Sunday, July 25, 2021
HomeEnergy & MeSustainable hospitality: eco-friendly designs from the Nordics to Central Eruope

Sustainable hospitality: eco-friendly designs from the Nordics to Central Eruope

It might sound like something futuristic, but the Svart Hotel (in Norway) will be not just an attractive destination from 2022 because of its magnificent environment, but it will also fit and exceed the highest standards of sustainability.

The operations on the 99-room hotel are already have been started, with a great focus on energy efficiency and being eco-friendly. Svart will consume 85 per cent less energy than other traditional hotels, an important consideration given that the entire project is located on the Holandsfjorden fjord, next to the Svartisen glacier.

Furthermore, the hotel will be energy-positive, which means it will produce more energy than it uses. By being fully sustainable in this way, it will be off-grid and carbon-neutral and will produce zero waste. To achieve these ambitious goals architects and environmentalists are working together to map solar radiation patterns in the region to optimise energy output throughout the year. What is more, the roof will be clad in Norwegian solar panels, ensuring that a reduced carbon footprint will be achieved even before the hotel is open.

The exterior will blend into the environment around it and reduce the hotel’s impact on the fjord. The interiors will also have a Nordic cool vibe, which means plenty of hygge touches throughout.

There are many other architectural initiations which are aspired to accomplish and design elements that fit into their natural environment. Just like Living Design, which is a Swedish based international interior design company. As a result of its wide range of innovative and creative services, it brings together art, architecture and interior design.

“Buildings are all around us and they emit emissions,” said Tarek Hegazy, CEO of Living Design, during the Budapest Climate Summit, which took place on 9 October. “Customers are willing to spend for something that doesn’t impact the environment.”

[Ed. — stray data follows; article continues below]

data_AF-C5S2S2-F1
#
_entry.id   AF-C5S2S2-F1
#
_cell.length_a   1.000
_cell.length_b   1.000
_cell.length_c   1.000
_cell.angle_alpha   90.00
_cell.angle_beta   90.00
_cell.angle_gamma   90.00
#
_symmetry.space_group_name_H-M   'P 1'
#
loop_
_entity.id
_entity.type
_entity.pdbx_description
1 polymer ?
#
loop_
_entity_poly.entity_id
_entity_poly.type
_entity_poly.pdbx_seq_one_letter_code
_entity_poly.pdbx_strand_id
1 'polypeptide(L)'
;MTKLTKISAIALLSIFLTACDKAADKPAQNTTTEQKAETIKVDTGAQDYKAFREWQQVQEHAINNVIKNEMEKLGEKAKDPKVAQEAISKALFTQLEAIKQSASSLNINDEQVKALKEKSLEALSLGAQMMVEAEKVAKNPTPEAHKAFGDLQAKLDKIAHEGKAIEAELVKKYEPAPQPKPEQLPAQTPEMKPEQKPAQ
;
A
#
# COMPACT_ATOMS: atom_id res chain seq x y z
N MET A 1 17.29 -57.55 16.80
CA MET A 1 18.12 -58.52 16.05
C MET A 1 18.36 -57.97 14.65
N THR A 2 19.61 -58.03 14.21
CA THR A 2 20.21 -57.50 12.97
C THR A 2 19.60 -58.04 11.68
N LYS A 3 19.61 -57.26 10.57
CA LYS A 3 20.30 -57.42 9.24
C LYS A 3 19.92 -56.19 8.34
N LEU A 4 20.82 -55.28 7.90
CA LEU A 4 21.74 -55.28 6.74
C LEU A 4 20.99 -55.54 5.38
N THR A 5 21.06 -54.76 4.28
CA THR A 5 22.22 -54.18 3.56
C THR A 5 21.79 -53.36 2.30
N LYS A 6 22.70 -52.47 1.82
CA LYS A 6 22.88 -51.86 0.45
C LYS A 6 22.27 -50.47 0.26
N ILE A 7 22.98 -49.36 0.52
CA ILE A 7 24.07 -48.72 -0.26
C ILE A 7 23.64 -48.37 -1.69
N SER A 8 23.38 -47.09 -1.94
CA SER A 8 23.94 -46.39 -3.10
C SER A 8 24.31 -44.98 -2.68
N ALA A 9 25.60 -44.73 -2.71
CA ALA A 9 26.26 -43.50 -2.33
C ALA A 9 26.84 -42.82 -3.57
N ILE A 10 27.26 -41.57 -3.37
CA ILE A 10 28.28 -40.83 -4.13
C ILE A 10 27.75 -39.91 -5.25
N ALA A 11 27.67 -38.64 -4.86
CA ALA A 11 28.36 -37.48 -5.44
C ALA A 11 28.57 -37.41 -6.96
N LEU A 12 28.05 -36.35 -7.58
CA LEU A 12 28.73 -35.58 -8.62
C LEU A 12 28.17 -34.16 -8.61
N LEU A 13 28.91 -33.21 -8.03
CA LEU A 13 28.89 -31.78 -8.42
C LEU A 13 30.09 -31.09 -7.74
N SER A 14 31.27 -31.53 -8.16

According to him, hotels should reduce emissions by 66 per cent by 2030 which is not far away. Buildings breathe because of the users, so the focus should be on sustainability, on how we place the architecture so that it is comfortable for the users and the interior design is good.

“This is the concept of sustainable hospitality interior design which begins with energy efficiency,” he added. “Energy management system is just the tip of the ice, we need to control the use of energy in the interior space, energy wasted when customers are out of the rooms. Hotels use a lot of water energy but consume a lot of waste and food waste, so the waste reduction is important. Ethic has to be established.”

The concept is spreading and already has representatives in the CEE region as well: Hellowood, based in Budapest, specialises in designing and building custom-made, temporary installations that people can use and enjoy. The firm is also serving as a platform for architectural dialogue and experimentation and as a creative architecture and design studio. Their work is highly driven by innovation and social responsibility: their main material is wood and other sustainable ones, so the emphasis is also on being eco-friendly.

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